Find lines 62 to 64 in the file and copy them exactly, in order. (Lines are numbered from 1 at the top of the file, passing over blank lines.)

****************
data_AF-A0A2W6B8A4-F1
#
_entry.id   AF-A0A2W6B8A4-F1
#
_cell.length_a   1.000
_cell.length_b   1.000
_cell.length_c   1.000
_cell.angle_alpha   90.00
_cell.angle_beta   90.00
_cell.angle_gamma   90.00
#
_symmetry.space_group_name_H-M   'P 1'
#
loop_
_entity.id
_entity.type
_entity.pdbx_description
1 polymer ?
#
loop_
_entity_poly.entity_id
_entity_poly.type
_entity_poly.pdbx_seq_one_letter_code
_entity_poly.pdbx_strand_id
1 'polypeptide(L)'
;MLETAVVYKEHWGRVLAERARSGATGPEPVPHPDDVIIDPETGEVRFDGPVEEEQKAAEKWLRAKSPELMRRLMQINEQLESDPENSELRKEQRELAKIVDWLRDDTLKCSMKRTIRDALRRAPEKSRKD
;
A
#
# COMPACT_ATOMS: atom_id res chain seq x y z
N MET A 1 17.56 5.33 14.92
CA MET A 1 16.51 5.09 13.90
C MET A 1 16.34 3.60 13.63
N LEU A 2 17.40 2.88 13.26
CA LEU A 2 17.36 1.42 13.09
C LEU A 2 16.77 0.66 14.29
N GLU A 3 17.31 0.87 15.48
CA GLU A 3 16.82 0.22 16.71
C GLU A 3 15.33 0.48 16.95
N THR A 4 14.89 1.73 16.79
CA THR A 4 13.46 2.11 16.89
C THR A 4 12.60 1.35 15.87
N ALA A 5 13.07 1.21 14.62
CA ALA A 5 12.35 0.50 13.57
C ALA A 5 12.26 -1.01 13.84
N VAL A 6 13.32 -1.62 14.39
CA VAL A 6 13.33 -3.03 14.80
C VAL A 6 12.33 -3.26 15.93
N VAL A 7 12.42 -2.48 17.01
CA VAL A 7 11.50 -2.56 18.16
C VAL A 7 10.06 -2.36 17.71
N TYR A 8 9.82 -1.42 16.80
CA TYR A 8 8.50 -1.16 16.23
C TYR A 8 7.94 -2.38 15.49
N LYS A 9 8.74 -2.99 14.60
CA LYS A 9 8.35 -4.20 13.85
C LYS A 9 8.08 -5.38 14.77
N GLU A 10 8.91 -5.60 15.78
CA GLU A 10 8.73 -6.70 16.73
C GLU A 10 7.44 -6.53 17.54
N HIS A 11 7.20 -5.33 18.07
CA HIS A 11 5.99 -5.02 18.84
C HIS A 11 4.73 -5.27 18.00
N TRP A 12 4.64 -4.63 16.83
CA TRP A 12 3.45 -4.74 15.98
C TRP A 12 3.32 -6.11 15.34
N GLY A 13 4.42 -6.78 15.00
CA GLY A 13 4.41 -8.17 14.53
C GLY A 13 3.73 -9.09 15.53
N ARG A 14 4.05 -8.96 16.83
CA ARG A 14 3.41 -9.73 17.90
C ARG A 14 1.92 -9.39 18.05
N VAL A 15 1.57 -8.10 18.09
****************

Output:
CA HIS A 11 5.99 -5.02 18.84
C HIS A 11 4.73 -5.27 18.00
N TRP A 12 4.64 -4.63 16.83